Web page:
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Tax the rich to counter carbon emissions not to get their money

Wednesday snippets follow. Tax the rich! That has become a misguided progressive Left mantra. The intention is to maintain public services including health, education and income support which are core issues for progressives. But then the neoliberal indoctrination that has infested this group intervenes. They seem to think the government needs the money of those with lots of it before it can provide essential and progressive public services and fight the climate emergency. They support political parties that set as their primary macroeconomic target the achievement of a bigger fiscal surplus than the conservatives at a time when there are more than 13.5 per cent of available and willing labour resources not working (either unemployed or underemployed) and households are carrying record levels of (unsustainable) debt. And these parties keep losing elections – it is a global phenomena, most recently observed in Britain. One of the reasons we need to tax the rich is to deal with their (grossly) disproportionate impact on carbon emissions. That is one of many reasons. But you should never include among those reasons a need by government for their cash in order to facilitate spending. Any progressive who articulates that argument is just reiterating neoliberal frames.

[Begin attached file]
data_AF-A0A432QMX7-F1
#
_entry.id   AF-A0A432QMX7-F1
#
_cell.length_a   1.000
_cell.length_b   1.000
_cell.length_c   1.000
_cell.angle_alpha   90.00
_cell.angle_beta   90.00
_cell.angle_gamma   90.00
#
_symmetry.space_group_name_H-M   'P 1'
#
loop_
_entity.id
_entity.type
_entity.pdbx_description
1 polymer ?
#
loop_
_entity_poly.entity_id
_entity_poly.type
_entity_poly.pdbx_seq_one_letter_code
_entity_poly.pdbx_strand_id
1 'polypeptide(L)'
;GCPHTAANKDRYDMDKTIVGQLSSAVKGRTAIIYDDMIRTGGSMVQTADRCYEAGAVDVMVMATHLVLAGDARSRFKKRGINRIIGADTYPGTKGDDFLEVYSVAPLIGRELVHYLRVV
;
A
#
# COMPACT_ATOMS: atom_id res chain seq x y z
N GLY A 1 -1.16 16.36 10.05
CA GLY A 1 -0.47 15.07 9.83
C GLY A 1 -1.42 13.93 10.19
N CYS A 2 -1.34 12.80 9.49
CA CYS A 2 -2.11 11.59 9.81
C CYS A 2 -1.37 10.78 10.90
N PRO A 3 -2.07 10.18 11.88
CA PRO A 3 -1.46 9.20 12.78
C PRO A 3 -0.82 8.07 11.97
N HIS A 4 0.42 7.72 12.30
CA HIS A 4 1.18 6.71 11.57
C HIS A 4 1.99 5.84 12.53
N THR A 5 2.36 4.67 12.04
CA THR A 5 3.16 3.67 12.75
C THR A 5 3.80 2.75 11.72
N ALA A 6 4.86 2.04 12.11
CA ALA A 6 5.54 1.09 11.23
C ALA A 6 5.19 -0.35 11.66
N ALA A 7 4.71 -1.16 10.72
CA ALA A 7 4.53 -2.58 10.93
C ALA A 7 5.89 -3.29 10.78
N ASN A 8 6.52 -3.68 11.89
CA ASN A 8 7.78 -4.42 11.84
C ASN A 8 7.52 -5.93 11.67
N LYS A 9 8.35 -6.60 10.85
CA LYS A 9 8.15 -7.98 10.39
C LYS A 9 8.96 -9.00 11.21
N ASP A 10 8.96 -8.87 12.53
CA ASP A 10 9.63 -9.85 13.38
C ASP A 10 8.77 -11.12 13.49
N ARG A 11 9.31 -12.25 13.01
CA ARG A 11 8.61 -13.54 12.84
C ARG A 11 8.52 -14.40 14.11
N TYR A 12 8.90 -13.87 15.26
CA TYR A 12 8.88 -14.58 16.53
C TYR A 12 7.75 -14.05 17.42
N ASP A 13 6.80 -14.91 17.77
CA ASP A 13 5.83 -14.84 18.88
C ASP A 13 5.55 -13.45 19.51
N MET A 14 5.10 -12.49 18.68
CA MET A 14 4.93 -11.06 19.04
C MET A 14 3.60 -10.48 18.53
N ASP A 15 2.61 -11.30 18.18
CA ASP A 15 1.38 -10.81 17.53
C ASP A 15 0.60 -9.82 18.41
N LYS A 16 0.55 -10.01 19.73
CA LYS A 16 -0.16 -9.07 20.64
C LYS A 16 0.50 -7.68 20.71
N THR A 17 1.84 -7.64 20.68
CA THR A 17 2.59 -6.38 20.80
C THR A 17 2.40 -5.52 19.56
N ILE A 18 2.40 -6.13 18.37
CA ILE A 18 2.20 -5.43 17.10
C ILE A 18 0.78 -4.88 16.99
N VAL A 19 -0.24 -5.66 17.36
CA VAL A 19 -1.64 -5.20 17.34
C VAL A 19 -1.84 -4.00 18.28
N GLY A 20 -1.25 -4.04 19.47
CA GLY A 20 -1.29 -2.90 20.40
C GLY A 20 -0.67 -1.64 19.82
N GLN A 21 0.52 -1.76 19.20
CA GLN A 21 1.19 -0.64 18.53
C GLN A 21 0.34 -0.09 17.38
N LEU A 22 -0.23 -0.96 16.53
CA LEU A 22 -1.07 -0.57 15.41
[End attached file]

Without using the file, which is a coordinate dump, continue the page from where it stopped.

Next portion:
This is why we want to tax the rich!

All the ‘world leaders’ as they like to style themselves are in Davos at present at their annual talkfest which will yield nothing of any value to the rest of us.

I was re-reading an Oxfam report that was released on December 2, 2015 today – Extreme Carbon Inequality – and it has two graphs which tell us why we need to tax the rich more.

The answer is that we need to tax the rich more not because we want the government to get their money in order to spend more, but, rather, to stop the rich using it.

It is about a drain not an injection of funds into the economy.

The first graph shows the “distribution of global income from the richest to the poorest 10% of people globally, and Oxfam’s estimate of their associated lifestyle consumption emissions as a share of the global total”.

As a matter of clarification, the terminology used by Oxfam is a little misleading. When they talk about the richest and poorest they are not talking about wealth holdings here.

Rather, the ranking is in terms of place in the income distribution (which is different).